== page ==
Parents Help Children Map Out a Meaningful Future

It is time to view children not as problems needing to be fixed, pills but as mysteries needing to discovered and explored. Our future depends on developing the unique strengths of our young people and our young people deserve to discover a path in life that is full of meaning. Why should we wait until we are middle aged to discover what our unique contribution to life can be if we can begin to develop it when we are young? Parents can help children find their strengths by observing their behaviors from a very young age, by listening to them and asking them many questions about their preferences, by taking their input and ideas seriously. One of the problems with our schools and the way we look at kids today is that it seems that adults have forgotten what it actually feels like to be a child. The fact is, we remember so much from our childhoods that it would be careless to overlook the power of building strengths at a young age. Think back and recall your best and worst social experience, your best and worst learning experience, your first friend, your first love. All of these things happened years and years ago for most adults, and yet they have greatly influenced who we have become. The path to meaning and success begins in childhood. This is where we should lay the groundwork for mapping out a career and a work life that promises fulfillment.

  1. Henry Zonio Reply

    I strongly agree with your assessment that we need to help children discover their strengths and then help them learn how to use those strengths. My wife and I try and do that with our children. Many times those things that seem to annoy us the most stem from their strengths so instead of simply reprimanding our children, we try and find what strengths in them are contributing to the behaviour and then redirect our children in how they manifest that strength in appropriate and positive ways. As a children’s pastor who works with many parents from week to week, I also try and help parents to do the same with their children when they come up to me for parenting advice on how to make their children behave. Children need to discover what they are good at (character-wise), be affirmed in those things and then taught how to use those strengths in a positive manner that benefits the world around them.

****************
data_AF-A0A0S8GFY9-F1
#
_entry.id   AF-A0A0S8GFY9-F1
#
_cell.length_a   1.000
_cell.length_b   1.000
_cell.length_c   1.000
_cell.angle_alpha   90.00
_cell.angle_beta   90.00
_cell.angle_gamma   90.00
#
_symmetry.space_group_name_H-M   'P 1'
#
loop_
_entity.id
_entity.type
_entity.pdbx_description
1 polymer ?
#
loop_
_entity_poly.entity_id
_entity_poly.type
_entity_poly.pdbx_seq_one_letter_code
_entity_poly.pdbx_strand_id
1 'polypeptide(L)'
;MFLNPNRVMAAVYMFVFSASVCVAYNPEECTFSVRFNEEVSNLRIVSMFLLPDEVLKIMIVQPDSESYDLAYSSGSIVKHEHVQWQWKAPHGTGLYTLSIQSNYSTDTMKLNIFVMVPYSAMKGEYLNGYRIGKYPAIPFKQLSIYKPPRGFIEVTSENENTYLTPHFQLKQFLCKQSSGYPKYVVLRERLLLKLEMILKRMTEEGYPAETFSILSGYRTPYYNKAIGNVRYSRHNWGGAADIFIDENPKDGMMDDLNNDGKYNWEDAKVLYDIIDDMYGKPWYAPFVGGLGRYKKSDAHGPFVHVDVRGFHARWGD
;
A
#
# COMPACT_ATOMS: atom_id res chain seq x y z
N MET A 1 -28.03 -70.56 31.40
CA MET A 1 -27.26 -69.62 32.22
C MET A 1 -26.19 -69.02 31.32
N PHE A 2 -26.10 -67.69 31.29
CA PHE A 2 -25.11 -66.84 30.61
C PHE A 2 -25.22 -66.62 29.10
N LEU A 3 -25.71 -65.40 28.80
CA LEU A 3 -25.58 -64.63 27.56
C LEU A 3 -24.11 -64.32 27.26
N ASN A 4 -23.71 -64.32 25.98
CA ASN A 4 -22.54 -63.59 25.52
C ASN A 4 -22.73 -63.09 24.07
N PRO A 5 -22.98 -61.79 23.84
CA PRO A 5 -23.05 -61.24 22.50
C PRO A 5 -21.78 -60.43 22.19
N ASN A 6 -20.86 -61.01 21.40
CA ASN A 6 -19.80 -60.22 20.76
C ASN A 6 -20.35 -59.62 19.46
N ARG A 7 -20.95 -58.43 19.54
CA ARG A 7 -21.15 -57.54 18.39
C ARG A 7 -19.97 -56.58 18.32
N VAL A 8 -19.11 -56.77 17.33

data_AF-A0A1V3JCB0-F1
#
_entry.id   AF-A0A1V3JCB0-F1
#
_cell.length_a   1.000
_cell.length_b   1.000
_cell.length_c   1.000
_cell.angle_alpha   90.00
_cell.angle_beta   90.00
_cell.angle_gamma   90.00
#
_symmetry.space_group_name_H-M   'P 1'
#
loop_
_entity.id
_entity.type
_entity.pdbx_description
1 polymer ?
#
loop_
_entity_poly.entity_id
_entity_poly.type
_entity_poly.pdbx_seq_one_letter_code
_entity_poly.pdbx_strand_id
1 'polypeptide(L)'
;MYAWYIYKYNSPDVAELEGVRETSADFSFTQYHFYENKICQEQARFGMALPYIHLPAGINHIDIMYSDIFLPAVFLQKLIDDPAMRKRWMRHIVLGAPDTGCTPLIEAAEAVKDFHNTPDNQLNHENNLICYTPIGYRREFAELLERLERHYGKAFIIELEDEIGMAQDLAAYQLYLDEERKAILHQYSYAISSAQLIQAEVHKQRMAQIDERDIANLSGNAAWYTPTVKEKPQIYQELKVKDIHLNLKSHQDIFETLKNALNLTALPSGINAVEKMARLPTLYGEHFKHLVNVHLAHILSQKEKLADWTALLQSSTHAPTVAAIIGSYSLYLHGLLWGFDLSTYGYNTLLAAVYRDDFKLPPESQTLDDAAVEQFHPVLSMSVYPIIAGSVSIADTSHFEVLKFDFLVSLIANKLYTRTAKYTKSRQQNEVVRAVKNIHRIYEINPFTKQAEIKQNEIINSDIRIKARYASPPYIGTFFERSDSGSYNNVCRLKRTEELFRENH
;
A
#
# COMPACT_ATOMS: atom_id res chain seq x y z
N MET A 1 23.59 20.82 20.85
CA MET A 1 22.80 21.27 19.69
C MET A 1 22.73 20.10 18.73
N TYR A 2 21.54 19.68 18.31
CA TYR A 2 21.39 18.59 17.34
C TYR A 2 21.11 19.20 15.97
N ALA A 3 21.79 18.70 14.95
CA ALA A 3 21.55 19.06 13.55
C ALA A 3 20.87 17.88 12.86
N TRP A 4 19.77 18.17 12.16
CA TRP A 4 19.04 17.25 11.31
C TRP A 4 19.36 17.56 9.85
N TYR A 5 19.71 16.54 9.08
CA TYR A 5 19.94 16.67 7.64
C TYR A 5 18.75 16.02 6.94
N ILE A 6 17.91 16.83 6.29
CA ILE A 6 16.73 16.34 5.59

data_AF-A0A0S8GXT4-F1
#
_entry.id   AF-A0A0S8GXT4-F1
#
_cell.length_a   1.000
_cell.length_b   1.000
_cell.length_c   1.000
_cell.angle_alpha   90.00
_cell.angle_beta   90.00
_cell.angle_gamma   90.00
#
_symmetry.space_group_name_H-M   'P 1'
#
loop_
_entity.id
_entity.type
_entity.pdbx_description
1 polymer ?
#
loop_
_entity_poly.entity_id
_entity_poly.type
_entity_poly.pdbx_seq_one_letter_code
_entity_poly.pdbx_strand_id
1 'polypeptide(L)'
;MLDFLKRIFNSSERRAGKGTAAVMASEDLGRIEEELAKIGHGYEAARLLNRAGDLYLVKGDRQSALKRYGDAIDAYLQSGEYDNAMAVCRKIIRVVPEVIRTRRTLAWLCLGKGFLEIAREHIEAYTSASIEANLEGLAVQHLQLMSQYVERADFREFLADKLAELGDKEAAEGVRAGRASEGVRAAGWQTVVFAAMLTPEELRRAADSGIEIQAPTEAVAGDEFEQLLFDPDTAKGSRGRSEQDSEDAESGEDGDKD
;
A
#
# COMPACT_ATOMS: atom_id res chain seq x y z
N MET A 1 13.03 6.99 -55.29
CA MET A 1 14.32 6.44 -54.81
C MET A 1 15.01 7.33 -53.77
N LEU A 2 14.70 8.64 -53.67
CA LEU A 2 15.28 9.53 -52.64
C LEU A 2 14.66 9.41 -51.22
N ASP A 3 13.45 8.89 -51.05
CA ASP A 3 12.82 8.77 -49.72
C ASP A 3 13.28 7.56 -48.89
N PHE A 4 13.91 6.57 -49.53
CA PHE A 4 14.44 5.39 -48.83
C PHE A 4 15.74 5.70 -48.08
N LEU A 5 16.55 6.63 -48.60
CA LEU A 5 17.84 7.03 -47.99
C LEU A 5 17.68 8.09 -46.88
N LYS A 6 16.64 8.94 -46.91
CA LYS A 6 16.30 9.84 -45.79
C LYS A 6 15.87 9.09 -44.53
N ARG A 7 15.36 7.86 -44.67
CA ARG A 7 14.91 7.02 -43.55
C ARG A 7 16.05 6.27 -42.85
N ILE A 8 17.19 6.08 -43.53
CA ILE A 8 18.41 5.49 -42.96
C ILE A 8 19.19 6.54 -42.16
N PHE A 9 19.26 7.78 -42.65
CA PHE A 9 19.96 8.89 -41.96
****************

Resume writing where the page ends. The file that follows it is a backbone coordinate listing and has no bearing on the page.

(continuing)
2. Christiaan Reply

    Thanks for highlighting the need for us parents (and educators) to spend most of our energy on what will give us the most “return” when it comes to our kids. My two children just went through K and 2nd grade SAT testing. Tears, irritability, arguments and not-wanting-to-go-to-school was the result. Is that the best way to figure out how our kids are doing and how we can best encourage/educate and train them? I doubt it.

  3. Todd McKeever Reply

    It sounds like this book will be a great read that I am going to have to find a way to get a hold of it.

    When you wrote:
    “Parents can help children find their strengths by observing their behaviors from a very young age, by listening to them and asking them many questions about their preferences, by taking their input and ideas seriously. One of the problems with our schools and the way we look at kids today is that it seems that adults have forgotten what it actually feels like to be a child. The fact is, we remember so much from our childhoods that it would be careless to overlook the power of building strengths at a young age.”

    It reminds me of a story I heard once where a boy and his dad were taking a walk alongside a muddy road. The boy’s mother agreed to let them go, but only if he was careful not to get any mud on his new clothes. Within minutes though, the boy had fallen and gotten mud everywhere. Without a second thought, he looked up at his dad and asked: “Dad, why don’t you watch where I’m going?” That is a part I think many may be missing.

    I think many adults while growing up were taught more of being seen but not heard. My dad’s parents had more of a mentality of teaching him, “This is what you will do” and not “Tell me what do you like to do?”

  4. Susan Preece Reply

    I really like “Mapping out a future” and the imagery of that phrase. I’m learning a little late in life about how not planning really can affect your entire life and future. And how wonderful to have resources to focus on strengths that help us work in a positive motion, instead of being overwhelmed by our shortcomings. I look forward to learning about your resources for children. Thanks!

  5. Jamie Baker Reply

    By asking the adults in school environments to tap into their childhood and school memories, both the good and the painful, what you are doing is helping them get in touch with their empathy. I find that adults can become too task-oriented in schools and lose sight of the real job at hand, which is to support children in experiencing and learning about the world and their place in it. Often teachers are far more concerned with pleasing administrators than motivating the curiosity of children. A motivated and curious child is a learner. Schools would be far more effective and pleasurable places if the adults in school environments were more empathetic.

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